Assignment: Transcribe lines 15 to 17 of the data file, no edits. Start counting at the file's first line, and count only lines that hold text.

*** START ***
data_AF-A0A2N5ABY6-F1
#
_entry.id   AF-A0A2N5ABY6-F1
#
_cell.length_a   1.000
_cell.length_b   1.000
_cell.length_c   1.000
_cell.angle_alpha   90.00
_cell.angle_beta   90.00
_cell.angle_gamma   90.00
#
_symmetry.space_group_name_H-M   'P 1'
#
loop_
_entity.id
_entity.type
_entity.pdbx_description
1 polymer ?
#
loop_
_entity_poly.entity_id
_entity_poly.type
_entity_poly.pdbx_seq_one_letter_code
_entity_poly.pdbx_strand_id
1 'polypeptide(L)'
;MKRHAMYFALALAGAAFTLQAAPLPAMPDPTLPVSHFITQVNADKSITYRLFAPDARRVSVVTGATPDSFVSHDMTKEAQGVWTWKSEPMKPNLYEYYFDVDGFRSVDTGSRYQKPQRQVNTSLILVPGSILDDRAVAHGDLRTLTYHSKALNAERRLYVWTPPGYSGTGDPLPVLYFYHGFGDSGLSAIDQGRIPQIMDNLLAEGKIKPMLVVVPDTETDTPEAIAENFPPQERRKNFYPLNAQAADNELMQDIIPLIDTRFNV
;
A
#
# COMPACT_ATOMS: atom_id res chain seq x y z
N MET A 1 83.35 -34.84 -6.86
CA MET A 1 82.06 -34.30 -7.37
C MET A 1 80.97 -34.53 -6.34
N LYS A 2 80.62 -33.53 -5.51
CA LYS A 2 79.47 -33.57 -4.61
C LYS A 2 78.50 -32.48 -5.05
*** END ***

_entity.id
_entity.type
_entity.pdbx_description